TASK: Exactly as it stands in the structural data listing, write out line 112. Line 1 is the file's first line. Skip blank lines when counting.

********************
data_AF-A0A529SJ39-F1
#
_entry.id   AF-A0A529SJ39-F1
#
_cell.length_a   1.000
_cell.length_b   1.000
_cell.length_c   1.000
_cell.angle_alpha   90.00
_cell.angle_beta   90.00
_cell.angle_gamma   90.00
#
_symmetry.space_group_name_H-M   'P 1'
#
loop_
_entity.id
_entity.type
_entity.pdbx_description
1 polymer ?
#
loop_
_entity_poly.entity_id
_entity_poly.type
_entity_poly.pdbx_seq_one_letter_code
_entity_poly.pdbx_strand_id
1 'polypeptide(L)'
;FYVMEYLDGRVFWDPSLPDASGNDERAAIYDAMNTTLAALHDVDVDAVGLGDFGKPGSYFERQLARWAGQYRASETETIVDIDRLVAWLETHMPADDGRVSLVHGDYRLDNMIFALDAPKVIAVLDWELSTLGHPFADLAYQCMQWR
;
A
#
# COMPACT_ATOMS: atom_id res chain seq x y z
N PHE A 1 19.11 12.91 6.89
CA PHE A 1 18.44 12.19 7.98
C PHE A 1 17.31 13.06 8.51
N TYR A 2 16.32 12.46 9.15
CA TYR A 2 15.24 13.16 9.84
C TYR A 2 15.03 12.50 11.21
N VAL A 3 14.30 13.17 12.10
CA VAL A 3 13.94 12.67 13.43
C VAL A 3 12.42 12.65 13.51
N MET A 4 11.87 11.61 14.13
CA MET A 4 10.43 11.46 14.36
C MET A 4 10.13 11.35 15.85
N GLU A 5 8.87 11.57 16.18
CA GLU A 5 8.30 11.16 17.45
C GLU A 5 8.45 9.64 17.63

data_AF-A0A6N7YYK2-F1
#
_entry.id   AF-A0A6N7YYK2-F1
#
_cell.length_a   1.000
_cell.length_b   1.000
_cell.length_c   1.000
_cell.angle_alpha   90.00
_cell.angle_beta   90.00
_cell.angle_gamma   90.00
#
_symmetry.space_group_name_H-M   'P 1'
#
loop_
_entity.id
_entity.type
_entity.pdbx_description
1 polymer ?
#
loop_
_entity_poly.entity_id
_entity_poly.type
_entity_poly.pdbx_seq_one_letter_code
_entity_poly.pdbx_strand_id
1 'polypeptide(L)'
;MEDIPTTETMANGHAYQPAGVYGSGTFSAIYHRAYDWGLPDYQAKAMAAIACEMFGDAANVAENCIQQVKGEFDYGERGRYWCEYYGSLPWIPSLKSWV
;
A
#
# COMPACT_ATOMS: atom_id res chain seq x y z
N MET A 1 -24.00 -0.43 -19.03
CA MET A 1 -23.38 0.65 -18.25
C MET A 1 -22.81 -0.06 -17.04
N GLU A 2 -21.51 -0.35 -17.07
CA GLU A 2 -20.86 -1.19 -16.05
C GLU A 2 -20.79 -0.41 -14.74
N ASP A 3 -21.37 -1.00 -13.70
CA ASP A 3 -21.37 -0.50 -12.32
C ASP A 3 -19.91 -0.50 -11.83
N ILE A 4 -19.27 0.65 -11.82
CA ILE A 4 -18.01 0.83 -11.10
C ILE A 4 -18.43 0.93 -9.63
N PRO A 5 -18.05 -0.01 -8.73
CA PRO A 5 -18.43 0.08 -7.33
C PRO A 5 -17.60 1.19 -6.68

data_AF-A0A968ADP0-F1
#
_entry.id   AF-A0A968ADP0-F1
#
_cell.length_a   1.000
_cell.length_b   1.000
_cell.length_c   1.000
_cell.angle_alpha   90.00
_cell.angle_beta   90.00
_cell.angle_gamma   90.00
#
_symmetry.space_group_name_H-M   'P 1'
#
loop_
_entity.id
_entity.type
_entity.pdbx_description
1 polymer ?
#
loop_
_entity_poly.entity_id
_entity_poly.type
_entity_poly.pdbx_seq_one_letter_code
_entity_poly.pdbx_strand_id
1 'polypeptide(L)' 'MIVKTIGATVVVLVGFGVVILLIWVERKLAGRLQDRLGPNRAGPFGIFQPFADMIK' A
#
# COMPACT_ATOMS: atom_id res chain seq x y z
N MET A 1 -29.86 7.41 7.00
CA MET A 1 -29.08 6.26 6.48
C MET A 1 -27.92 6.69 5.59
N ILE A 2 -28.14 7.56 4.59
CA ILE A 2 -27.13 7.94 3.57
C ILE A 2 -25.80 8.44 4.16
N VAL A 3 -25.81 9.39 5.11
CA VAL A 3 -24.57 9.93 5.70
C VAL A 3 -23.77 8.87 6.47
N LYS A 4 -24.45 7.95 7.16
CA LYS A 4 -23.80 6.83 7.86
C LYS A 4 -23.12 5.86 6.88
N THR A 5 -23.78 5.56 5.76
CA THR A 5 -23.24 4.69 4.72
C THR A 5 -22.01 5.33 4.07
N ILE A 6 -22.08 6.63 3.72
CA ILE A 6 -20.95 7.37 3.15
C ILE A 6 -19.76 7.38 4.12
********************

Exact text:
_entity_poly.type